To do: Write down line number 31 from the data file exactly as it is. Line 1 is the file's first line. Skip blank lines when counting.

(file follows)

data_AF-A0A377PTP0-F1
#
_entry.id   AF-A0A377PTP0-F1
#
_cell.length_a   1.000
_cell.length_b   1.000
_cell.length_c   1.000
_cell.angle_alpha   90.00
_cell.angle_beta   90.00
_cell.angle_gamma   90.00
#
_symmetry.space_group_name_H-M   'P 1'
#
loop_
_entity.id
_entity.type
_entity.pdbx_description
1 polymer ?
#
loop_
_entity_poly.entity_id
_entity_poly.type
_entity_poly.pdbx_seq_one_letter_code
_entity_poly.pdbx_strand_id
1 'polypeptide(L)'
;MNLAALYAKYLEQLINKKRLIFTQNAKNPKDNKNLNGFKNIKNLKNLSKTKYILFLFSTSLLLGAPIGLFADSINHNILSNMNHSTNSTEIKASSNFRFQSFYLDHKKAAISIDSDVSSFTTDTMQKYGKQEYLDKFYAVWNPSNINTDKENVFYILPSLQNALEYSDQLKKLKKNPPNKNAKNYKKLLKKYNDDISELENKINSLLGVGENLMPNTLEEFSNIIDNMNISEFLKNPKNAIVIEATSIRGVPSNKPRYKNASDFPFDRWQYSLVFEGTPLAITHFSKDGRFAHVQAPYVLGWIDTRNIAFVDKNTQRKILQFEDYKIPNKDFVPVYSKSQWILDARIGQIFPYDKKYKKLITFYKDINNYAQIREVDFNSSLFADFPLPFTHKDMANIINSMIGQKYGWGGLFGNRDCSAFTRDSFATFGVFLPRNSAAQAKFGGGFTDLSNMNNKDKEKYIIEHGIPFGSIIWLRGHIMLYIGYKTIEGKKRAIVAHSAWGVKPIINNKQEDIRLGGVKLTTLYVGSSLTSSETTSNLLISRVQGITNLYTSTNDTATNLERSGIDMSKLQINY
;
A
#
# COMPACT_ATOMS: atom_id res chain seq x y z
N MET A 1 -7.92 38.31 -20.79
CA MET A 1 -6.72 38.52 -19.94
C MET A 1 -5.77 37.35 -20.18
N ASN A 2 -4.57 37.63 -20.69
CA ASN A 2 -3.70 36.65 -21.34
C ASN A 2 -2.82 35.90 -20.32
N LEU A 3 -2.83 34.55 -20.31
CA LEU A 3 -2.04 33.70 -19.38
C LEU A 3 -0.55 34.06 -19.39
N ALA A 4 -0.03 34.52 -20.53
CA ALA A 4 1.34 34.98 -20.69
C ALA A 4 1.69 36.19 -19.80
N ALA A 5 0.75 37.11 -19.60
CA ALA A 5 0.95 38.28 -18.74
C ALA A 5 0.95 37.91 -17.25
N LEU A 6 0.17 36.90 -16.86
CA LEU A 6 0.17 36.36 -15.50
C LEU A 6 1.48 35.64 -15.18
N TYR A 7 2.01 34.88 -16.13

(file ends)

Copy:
N MET A 1 -7.92 38.31 -20.79